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Lifestyle and Psychosocial Patterns and Diabetes Incidence Among Women with and Without Obesity: a Prospective Latent Class Analysis

Abstract

We conducted latent class analyses to identify women with homogeneous combinations of lifestyle and behavioral variables and tested whether latent classes were prospectively associated with diabetes incidence for women with or without baseline obesity. A total of 64,710 postmenopausal women aged 50–79 years without prevalent diabetes at baseline (years 1993–1998) were followed until 2018 with a mean follow-up of 14.6 years (sd = 6.4). Lifestyle variables included smoking, diet quality, physical activity, and sleep quality. Psychosocial variables included social support, depression, and optimism. Multivariable Cox proportional hazards regression models tested associations between latent classes and diabetes incidence controlling for age, race/ethnicity, and education. During follow-up, 8076 (12.4%) women developed diabetes. For women without baseline obesity, five latent classes were identified. Compared with a lower risk referent, diabetes incidence was higher in classes characterized by high probability of multiple lifestyle and psychosocial risks (HR = 1.45; 95% CI 1.28, 1.64), poor diet and exercise (HR = 1.23; 95% CI 1.13, 1.33), and psychosocial risks alone (HR = 1.20; 95% CI 1.12, 1.29). For women with baseline obesity, four latent classes were identified. Compared with a lower risk referent, diabetes incidence was higher for women with obesity in classes characterized by high probability of multiple lifestyle and psychosocial risks (HR = 1.48; 95% CI 1.32, 1.66), poor diet and exercise (HR = 1.32; 95% CI 1.19, 1.47), and intermediate probabilities of multiple risks (HR = 1.17; 95% CI 1.05, 1.30). Diabetes prevention efforts that focus on diet and exercise may benefit from attention to how lifestyle behaviors interact with psychosocial variables to increase diabetes risks, and conversely, how psychological or social resources may be leveraged with lifestyle changes to reduce the risk for women with and without obesity.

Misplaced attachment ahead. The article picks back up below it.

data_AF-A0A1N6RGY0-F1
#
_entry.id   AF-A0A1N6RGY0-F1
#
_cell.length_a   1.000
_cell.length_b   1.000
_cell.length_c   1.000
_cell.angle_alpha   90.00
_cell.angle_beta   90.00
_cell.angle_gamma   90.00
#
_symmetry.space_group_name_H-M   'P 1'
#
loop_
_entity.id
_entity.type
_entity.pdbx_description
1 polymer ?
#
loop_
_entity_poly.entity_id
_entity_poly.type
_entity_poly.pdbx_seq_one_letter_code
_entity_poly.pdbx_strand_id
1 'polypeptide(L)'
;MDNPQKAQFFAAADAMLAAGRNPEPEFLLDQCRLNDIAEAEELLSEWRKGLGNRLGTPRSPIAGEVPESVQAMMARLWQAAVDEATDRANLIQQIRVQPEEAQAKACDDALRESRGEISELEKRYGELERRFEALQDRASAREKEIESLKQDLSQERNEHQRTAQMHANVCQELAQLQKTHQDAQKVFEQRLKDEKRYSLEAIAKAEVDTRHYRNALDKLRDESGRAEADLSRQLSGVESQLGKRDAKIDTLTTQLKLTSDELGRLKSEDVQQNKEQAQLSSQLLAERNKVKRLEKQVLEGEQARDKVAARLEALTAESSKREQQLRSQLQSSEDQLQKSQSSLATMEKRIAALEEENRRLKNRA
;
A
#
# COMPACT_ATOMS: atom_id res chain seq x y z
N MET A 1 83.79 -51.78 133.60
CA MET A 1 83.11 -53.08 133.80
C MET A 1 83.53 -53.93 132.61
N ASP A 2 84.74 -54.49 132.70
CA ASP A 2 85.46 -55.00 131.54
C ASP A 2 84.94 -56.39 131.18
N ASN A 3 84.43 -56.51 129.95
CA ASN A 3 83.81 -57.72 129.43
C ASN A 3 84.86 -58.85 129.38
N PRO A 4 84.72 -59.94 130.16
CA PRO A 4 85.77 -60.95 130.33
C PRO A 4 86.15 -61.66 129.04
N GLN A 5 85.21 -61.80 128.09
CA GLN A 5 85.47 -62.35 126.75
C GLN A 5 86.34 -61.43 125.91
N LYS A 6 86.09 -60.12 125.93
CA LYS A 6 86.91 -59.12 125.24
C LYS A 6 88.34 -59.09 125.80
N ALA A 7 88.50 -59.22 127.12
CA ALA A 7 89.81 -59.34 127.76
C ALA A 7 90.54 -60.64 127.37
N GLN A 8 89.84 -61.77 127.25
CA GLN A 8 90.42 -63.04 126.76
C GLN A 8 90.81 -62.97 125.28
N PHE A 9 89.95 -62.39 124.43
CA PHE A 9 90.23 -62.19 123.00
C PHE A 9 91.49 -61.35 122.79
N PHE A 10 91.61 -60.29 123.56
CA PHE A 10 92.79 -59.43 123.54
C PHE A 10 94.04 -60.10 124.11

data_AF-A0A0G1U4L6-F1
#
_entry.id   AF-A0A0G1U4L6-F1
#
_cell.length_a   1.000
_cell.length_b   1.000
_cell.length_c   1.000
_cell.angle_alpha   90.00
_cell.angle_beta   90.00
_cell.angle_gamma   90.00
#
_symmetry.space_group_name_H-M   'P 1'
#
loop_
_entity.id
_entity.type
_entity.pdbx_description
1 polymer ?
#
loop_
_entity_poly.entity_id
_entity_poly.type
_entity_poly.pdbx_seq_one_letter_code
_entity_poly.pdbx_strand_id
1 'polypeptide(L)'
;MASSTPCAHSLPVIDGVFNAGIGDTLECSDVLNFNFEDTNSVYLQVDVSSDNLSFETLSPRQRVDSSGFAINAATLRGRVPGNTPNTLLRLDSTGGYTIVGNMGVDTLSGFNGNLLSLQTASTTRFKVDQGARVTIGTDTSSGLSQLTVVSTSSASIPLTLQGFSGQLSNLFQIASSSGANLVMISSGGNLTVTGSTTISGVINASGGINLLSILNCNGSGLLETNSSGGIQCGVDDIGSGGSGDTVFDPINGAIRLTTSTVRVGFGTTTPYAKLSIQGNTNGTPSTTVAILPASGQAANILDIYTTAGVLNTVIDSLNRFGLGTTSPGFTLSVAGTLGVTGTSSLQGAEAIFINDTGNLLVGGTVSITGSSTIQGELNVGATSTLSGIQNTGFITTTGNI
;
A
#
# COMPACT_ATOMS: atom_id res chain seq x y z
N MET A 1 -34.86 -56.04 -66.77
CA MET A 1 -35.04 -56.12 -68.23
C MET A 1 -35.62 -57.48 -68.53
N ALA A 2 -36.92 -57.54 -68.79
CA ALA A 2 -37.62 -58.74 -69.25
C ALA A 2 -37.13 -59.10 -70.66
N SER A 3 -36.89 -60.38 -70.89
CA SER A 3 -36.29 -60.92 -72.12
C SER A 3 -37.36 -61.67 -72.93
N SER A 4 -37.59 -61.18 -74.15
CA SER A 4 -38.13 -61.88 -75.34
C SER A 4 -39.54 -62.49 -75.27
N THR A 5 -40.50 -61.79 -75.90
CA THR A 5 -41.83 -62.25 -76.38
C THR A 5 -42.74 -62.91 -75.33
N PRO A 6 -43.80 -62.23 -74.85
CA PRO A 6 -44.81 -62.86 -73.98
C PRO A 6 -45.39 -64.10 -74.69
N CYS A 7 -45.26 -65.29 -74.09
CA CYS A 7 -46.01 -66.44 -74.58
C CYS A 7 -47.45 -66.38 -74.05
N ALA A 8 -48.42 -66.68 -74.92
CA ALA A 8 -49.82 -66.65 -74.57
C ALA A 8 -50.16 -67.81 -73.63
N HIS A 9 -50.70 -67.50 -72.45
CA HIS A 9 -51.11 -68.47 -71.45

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Funding

The WHI program is funded by the National Heart, Lung, and Blood Institute, National Institutes of Health, US Department of Health and Human Services through contracts HHSN268201600018C, HHSN268201600001C, HHSN268201600002C, HHSN268201600003C, and HHSN268201600004C.

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Correspondence to Michael Hendryx.

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The research involved human participants. The study was approved by Institutional Review Boards at all 40 participating clinical centers and at the coordinating center. All procedures performed in studies involving human participants were in accordance with the ethical standards of the institutional research committee (WHI Clinical Coordinating Center, Fred Hutchinson Cancer Research Center) and with the 1964 Helsinki declaration and its later amendments or comparable ethical standards.

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Hendryx, M., Dinh, P., Chow, A. et al. Lifestyle and Psychosocial Patterns and Diabetes Incidence Among Women with and Without Obesity: a Prospective Latent Class Analysis. Prev Sci 21, 850–860 (2020). https://doi.org/10.1007/s11121-020-01130-6

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  • DOI: https://doi.org/10.1007/s11121-020-01130-6

Keywords

  • Latent class analysis
  • Lifestyle
  • Postmenopausal
  • Psychosocial risks
  • Type 2 diabetes